Say goodbye to soggy pumpkin pancakes! These simple, fluffy, tasty pancakes are about to become an all-time family favorite. Brace yourself: This isn’t just another low-carb pumpkin pancake recipe. It’s the ultimate low-carb pancake recipe. Keep reading to find out why!
Tips for making the Fluffy 5-Ingredient Pumpkin Pancakes
Two words are all it takes to explain why these pancakes are so fluffy even though they contain no leavening agent: Whey protein. Yup, the batter contains whey protein, the ingredient that makes baked goods “cakey” and fluffy and helps bind them together. (The trick is not to use too much of it, or the result will be dense and dry.)
In terms of mixing: You only need to mix the ingredients until they are well combined and the batter is slightly fluffy, no longer. I tried a couple of versions in which I beat the mixture until it was extremely fluffy with a stand mixer; the batter was like foam! (And what a delicious foam it was!) But it didn’t make good pancakes. So I’d recommend using a handheld mixer to combine the ingredients. Beat for no more than one minute to prevent your batter from becoming too foamy.
One more tip: when you fry these pancakes, please use enough butter. What’s “enough”? Here, enough is an ample amount of butter. Personally, I use some 2 tablespoons of butter per pancake, but 1 tablespoon might be enough (and I’ve used 1 tablespoon in the nutrition info calculations). If you want to get that crispy surface and rich flavor, butter is a must. So don’t skimp on it!
Now let’s take a look how to make these perfect pumpkin pancakes. It’s surprisingly easy!
Just place all the ingredients into a (deep and narrow) mixing bowl.
Then quickly mix until well combined and a bit fluffy, about 1 minute.
Grab your pancake pan (5-inch = 10 cm recommended) and be prepared to fry the pancakes.
Heat the pan over medium-low heat.
Place a good pat of butter in the pan.
Let it melt.
Pour 1/3 cup (80 ml) of the pancake batter into the pan.
Cover with a lid.
When the top of the pancake has set, flip the pancake.
Fry until done, about 1 minute.
Then repeat with the rest of the batter…
…until you’ve got a nice stack of fluffy pancakes! Remember to mix the batter thoroughly before each addition into the pan.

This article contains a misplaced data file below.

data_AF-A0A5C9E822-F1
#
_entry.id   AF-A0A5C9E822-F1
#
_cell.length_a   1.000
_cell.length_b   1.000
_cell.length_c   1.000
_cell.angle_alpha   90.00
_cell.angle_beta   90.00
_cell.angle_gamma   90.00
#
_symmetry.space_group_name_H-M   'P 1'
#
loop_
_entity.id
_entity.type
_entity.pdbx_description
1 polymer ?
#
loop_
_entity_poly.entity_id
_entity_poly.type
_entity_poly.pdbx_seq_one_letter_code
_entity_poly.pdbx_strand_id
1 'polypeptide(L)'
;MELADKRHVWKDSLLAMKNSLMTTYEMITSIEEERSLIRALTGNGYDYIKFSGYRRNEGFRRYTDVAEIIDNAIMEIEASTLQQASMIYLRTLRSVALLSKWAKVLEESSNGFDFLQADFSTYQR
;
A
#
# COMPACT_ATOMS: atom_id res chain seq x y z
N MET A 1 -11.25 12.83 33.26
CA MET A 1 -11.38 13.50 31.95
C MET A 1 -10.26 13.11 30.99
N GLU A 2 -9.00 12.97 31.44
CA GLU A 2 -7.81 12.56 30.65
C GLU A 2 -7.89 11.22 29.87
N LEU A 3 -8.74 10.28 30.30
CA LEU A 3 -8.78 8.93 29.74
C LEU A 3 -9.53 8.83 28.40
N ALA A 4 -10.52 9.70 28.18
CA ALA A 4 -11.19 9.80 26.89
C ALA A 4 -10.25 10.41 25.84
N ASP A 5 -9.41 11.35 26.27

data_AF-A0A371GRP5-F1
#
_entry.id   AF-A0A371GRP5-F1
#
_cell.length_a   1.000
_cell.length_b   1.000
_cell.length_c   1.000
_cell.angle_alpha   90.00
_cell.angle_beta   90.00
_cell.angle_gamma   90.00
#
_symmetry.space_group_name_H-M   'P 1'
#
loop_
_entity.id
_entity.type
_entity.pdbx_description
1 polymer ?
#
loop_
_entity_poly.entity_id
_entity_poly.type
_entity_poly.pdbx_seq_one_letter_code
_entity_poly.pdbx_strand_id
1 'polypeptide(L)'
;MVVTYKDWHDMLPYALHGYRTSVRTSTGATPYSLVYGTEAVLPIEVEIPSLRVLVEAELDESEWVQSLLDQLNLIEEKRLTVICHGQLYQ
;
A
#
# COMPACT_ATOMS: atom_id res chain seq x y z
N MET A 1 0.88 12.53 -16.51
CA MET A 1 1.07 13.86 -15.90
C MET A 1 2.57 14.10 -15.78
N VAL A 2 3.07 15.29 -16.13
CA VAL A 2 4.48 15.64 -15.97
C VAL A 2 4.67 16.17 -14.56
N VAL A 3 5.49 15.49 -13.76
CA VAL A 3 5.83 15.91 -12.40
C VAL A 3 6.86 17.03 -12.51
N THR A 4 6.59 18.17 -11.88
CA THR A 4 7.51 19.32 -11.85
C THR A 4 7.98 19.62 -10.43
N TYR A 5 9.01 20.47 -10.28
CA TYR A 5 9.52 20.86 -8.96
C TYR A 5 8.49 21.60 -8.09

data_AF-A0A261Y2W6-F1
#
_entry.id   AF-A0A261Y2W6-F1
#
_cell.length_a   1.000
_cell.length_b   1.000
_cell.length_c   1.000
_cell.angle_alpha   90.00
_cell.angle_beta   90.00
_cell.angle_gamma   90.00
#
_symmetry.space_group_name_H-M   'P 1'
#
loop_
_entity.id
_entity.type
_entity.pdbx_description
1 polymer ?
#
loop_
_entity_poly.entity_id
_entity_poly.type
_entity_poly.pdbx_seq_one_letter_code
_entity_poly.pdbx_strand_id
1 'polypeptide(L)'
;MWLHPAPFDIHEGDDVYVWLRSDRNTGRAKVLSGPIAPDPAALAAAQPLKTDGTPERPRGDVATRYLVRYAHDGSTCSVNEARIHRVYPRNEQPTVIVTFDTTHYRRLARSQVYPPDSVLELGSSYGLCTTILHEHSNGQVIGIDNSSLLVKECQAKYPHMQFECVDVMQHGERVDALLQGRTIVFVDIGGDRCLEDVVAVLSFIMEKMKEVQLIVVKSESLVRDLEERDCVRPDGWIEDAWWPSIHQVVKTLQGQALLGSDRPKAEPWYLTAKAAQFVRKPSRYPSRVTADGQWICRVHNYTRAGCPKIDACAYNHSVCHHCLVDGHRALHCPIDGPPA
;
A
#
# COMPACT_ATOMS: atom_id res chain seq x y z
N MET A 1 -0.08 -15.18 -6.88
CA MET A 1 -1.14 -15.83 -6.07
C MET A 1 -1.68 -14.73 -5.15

And here is the video how to prepare these Fluffy Pumpkin Pancakes:
My Fluffy Pumpkin Pancake experiments
I conducted my first experiments with this recipe a long time ago. Needless to say, they were more or less failures. Mostly, the pancakes were far too mushy. Then they were too flat. Or they didn’t hold together well. Or they simply tasted plain awful.
I tried using both grated fresh pumpkin and pumpkin puree. With grated pumpkin my pancakes were real disasters; the pumpkin stayed raw while the surface of the pancake got too brown. I was pretty disappointed, because I really wanted to recreate the amazing Pumpkin Fry Bread I tried when I visited Florida in 1988. Good heavens it was delicious! So I wanted to create my own grain-free, sugar-free version. At the time I had no clue what kind of pumpkin the recipe used, but finally I concluded that it must have been pumpkin puree.
So I continued my experiments with pureed pumpkin. Plus, sticking to 5 ingredients was quite challenging. The process might have been easier if I’d been able to add other bits and pieces, but I was determined to achieve the ultimate result—with just 5 ingredients.
First, I had used powdered erythritol. That worked well, but it was a bit blaah and lent the pancakes a cooling aftertaste. So I reduced the amount of erythritol and added some vanilla stevia. But now I had exceeded my 5 ingredient limit! Then I realized that one of my absolute favorite sweeteners, Sukrin Gold, might work well here. I tried it, and the flavor was just perfect! A brown sugar substitute was the perfect match for pumpkin and warming autumn spices.